College and University | Labor and Staff | Limited Service Restaurant | Full Service Restaurant
By the Numbers: How Do Your Labor Costs Stack Up?
Controlling your labor costs is one of the most important elements of running a restaurant—a metric you need to keep track of all the time. Because for many restaurants, labor is the highest restaurant cost every day. According to Chron, a small business blog, labor issues can vary widely, from as little as 28% of total revenue for small, fast-service restaurants to as much as 40% for higher-end restaurants who provide more detailed and personal services.1
What to include in labor costs
Often, we think of labor costs as just the hourly wages paid to employees. But there are additional costs you need to include to get a true understanding of your labor costs. Here are elements you need to be sure to include:
- Hourly wages
- Salaried wages
- Social Security taxes
- Health and disability insurance
- Sick, vacation and holiday pay
- Other benefits, such as tuition reimbursement
- Training expenses
- Employee acquisition costs such as help wanted advertising
Anything labor related is what you want to capture and track. And keep in mind, retaining employees helps keep the labor costs down as well—no advertising costs, no training costs when employees stay with you longer.
Next step: Analysis
The tried-and-true method many folks use is looking at labor as a percentage of revenue. Since both these metrics reflect the volume of business you are doing, they make sense to use. More business, more revenue and more labor costs. Including fixed costs like rent or other facility costs doesn't give you as good a look at the costs you can more easily control.
Quickly, here are the steps to looking at how much you pay your employees versus the sales they make:
- Add up your labor cost. Include all the elements of labor throughout the year, or whatever time period you want to analyze.
- Add up your revenue—just the entire amount of money you have taken in, not including any sales taxes or other deductions.
- Divide labor costs by revenue. For instance, if your restaurant paid its employees $250,000, and you had $750,000 in revenue, you would divide $250,000 by $750,000 to get .33, or 33%.
- 33% is your labor cost as a percentage of revenue.
You can do this by week, month, year, or even by a day, as long as you can capture the labor costs and revenue for that day.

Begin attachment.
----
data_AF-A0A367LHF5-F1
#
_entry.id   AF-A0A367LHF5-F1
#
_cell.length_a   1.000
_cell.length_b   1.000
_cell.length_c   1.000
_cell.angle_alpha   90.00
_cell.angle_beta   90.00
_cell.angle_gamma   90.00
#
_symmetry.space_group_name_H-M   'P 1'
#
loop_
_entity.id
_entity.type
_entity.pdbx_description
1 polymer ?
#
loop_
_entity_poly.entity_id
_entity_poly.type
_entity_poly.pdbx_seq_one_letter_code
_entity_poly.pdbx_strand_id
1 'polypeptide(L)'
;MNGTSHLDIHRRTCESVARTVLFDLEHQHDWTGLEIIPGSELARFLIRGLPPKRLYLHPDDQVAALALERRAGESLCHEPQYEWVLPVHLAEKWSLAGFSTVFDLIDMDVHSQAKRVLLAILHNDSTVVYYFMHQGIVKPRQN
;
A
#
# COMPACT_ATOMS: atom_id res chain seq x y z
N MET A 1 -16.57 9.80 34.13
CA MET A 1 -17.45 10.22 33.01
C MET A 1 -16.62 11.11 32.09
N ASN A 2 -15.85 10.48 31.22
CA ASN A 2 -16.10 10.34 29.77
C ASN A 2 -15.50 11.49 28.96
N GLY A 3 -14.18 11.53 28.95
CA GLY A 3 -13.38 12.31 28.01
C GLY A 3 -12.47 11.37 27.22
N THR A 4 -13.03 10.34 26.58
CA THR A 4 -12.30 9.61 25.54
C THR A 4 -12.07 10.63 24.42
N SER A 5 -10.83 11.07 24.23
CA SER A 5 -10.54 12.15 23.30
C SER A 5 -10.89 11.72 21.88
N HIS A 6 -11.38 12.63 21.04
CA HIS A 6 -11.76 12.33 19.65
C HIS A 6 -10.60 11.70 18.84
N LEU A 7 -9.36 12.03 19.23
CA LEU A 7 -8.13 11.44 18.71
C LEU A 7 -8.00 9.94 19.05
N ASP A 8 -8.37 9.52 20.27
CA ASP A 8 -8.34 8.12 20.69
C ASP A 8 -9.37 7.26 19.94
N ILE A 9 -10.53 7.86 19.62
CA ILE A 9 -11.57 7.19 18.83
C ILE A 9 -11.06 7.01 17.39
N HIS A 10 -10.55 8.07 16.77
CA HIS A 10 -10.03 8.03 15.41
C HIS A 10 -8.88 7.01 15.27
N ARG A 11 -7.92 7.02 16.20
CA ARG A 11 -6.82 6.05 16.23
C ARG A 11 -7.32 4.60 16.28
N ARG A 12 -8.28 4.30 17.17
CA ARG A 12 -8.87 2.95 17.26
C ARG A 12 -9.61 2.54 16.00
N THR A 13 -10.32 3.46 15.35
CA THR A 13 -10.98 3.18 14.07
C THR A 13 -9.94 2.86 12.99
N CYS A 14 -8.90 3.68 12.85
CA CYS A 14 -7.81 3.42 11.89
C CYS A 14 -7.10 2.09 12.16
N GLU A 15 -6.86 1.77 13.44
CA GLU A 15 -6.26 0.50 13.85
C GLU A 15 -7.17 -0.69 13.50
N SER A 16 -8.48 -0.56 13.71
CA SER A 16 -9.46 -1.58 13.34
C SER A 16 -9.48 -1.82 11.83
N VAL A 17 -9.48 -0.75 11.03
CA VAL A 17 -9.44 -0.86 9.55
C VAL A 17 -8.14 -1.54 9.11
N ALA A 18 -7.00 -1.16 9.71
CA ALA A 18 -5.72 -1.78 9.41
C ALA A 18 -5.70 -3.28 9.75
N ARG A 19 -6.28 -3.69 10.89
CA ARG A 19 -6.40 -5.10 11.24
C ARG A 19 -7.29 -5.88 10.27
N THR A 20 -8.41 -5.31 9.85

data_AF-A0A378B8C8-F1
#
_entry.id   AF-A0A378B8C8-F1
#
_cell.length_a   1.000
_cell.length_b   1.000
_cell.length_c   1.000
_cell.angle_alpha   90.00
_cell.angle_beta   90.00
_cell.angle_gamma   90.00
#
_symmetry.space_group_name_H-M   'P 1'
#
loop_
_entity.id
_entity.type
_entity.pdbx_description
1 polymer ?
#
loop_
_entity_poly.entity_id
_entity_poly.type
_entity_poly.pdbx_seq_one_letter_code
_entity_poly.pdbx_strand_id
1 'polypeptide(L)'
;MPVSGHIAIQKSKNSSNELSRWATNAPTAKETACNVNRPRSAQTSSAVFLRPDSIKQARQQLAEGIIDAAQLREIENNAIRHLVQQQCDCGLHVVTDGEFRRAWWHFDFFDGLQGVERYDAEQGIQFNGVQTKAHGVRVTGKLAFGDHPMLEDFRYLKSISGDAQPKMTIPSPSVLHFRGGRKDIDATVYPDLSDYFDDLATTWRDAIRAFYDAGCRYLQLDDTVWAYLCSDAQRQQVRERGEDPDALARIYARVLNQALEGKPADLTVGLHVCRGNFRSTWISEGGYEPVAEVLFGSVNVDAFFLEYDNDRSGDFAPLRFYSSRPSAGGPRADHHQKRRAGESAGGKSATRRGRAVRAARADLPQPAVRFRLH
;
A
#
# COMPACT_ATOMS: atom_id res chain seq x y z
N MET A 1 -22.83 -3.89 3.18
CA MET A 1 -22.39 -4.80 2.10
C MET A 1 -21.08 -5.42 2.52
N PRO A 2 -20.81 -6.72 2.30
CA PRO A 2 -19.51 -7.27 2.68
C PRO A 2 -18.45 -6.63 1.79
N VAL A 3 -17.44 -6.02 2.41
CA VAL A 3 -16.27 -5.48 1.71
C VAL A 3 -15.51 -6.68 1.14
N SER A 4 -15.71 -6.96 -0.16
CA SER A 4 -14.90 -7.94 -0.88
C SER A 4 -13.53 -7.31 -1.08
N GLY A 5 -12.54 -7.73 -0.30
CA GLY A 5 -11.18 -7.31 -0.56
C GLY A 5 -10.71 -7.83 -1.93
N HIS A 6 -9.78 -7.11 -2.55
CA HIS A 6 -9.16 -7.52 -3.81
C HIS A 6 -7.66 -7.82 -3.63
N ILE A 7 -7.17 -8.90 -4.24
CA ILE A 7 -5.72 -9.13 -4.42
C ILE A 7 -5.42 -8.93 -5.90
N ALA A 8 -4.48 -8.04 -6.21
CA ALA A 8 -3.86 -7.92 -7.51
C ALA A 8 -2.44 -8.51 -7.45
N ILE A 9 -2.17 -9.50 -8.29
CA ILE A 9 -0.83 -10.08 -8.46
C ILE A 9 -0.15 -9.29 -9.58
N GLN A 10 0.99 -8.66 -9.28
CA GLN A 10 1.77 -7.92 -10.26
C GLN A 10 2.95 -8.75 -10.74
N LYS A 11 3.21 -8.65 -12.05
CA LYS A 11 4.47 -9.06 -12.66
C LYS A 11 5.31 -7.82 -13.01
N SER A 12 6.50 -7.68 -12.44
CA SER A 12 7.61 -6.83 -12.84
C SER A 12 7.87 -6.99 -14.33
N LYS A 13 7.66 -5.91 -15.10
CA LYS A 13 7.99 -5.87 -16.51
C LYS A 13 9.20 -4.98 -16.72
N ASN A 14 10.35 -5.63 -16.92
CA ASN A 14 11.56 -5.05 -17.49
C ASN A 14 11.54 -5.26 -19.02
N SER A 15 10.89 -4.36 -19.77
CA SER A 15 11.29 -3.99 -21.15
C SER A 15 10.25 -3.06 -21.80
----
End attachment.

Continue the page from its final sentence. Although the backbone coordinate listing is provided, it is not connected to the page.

There are dozens of systems you can check out to see if one can work to help you maximize your profit while assuring you have the right staff in place to serve your customers. Financesonline.com provides a look at the top 20 systems…that's right, top 20, because there are dozens more, making it complicated to wade through all the details.2
These systems offer cash management as a primary feature, but many offer the kind of support you can use every day to make sure you have the right staff in place, not too many, not too few, for peak and slow times.
So, taking a look at these systems, check out which features could take your restaurant to the next level of profitability:
- Back-office reporting and analytics of "key performance indicators" such as sales, food costs, labor costs, on-site and off-site traffic, stocks and supplies and kitchen processes
- Planning and scheduling staff
- Cash management including helping you move to a chip-compliant system to reduce fraud
- Table management, including splitting checks
- Inventory management
- Marketing and loyalty programs
- Emailing and texting receipts
Here's one that can give you a quick peak at your current metrics. Check out this free Excel spreadsheet you can download from Toast, an online restaurant management system.3 Tools like this can help you determine where you can trim labor costs while maintaining service levels.
Greater control of labor costs = Greater profits for your restaurant
With about a third of your costs in labor, it makes sense to assure you only have on the hand the staff you need, when you need them, to generate revenue. Getting your arms around the numbers is an important first step to improving profitability.